FIG. 4 shows part of the magnetic field driver circuit 15. An oscillator 101 operating at 5 MHz and a subsequent phase locked loop 102 locked at a 1000 times higher frequency drives a parallel-serial converter 103 with a clock frequency of 5 GHz. The parallel-serial converter 103 transforms parallel input data to serial output data pulses at the clock rate of 5 GHz. The converter 103 may include a maximum length random sequence generator for test operations. Small-current pulses, for example 0.1 mA, having a duration far below 1 ns can be generated in the standard CMOS12 (0.12 μm, 1.2V or 3.3V) process. The required relatively large driver current is generated by buffer stages, two of which are drawn in the Figure. Relatively strong current pulses require special attention, because of the high input capacity of transistors with high-current capability. This high capacity in combination with the output impedance of the previous transistor stage tends to give rise to a relatively large CR time and hence excessive high-frequency losses. The poor high-frequency performance, due to the large CR time of a single ‘power’ transistor with its larger input capacity (mainly the drain-source capacitance) fed by a single-transistor source with its large output impedance, is avoided by the gradual decrease of the output impedances and simultaneously gradual increase of the input capacitances of the transistors in the row of buffers 104 which amplify the current to the desired level in the magnetic head 105. The three components Iout, Rout and Cout represent the output current, output resistance and output capacitance in the equivalent circuit of the output side of the MOSFET in the last buffer stage. The components Ibt, Rbt and Cbt represent the inductance, resistance and capacitance of the bow-tie antenna structure.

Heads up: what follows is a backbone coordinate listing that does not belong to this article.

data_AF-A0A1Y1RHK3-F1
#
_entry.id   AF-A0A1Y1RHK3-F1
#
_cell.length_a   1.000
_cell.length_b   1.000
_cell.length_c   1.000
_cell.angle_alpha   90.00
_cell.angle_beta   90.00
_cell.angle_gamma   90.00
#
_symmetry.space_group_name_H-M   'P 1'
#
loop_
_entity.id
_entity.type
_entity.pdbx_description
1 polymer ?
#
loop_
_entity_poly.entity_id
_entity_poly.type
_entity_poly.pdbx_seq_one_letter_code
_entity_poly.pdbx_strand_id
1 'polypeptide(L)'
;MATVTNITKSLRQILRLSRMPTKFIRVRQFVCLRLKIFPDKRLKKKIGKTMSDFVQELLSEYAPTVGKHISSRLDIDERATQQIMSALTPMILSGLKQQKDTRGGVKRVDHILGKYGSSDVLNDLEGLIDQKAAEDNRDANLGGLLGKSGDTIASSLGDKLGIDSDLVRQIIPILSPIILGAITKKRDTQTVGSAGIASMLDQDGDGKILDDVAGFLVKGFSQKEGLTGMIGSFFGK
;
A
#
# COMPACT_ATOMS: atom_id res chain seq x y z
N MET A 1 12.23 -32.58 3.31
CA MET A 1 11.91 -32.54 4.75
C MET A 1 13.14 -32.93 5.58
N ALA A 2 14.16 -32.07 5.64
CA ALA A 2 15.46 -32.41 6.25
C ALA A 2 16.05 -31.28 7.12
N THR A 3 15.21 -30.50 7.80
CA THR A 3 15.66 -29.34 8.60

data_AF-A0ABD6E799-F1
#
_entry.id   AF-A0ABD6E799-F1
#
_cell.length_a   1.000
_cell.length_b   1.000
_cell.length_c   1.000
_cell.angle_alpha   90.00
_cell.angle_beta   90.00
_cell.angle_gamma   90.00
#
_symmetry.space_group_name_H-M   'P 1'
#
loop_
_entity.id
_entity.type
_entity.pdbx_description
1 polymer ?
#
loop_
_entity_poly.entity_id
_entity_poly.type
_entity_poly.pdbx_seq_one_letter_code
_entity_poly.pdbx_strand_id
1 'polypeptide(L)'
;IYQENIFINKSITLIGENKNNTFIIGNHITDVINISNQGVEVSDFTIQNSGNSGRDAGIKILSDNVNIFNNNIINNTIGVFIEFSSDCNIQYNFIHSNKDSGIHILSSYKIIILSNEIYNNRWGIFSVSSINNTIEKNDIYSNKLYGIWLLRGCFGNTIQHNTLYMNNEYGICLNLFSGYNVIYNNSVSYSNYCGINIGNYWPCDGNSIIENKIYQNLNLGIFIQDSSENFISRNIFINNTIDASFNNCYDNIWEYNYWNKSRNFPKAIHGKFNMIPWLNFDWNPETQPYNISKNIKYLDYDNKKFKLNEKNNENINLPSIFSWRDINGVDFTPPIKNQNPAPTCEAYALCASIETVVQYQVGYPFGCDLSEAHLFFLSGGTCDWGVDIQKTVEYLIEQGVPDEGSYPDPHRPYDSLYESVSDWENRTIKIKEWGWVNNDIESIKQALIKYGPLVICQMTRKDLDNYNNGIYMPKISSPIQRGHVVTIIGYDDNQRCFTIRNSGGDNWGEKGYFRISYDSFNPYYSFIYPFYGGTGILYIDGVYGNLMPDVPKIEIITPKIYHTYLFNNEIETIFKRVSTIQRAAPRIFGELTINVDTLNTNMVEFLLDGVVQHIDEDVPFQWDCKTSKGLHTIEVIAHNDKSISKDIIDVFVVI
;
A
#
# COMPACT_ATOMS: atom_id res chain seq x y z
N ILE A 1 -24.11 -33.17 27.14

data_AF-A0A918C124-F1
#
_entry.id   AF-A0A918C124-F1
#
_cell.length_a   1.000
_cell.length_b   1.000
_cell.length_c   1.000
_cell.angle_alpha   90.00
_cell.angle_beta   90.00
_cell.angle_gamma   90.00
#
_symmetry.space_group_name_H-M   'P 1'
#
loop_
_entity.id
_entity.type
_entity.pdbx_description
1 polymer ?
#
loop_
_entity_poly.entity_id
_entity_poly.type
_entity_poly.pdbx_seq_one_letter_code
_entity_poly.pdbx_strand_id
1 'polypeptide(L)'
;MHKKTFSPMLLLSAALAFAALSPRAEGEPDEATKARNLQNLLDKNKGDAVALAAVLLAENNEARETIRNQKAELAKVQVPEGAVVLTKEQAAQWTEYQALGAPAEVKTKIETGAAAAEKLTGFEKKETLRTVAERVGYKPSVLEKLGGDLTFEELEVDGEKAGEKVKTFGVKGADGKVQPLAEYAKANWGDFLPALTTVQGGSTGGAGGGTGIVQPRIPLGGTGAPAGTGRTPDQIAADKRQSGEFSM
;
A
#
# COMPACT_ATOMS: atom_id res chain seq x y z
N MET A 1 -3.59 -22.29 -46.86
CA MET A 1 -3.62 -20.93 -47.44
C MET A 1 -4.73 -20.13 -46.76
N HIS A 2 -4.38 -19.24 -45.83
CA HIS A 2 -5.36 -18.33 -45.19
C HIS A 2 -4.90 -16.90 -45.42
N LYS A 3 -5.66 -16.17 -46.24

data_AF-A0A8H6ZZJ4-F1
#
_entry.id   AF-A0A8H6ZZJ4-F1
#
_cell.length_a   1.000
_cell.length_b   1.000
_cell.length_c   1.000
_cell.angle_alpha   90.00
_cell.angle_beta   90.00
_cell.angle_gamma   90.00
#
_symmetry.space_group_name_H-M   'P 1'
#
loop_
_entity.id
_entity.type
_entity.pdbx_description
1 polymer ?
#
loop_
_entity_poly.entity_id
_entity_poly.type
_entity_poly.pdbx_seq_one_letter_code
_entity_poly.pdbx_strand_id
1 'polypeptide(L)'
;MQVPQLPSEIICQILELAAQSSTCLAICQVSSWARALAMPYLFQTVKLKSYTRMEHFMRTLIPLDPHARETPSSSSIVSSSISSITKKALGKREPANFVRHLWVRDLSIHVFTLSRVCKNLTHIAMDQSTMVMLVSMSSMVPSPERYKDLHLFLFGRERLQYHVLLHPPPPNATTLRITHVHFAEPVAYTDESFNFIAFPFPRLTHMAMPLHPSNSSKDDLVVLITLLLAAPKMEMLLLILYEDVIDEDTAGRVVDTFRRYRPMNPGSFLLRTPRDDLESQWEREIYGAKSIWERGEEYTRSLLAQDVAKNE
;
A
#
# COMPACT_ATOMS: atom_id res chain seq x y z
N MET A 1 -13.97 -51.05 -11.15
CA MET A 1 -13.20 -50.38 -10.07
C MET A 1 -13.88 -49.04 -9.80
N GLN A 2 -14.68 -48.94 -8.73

FIG. 5 shows a bow-tie near-field antenna structure 201 according to the invention, both in perspective view (FIG. 4A) and cross-sectional view (FIG. 4B). The antenna structure has a specially adapted bow-tie shape for both the concentration of the light and the generation of a sufficiently strong local magnetic field for initiating the magnetization reversal.

To obtain a concentrated, small optical spot below the bow-tie antenna, it is not necessary to use an incident ultra-violet light beam. Visible light and even infrared light can be used, which have certain technological advantages over ultra violet light. The incident light 302 and the concentrated optical spot 305 are depicted by their electric field lines. Elight indicates the polarization direction of the electric field of the light.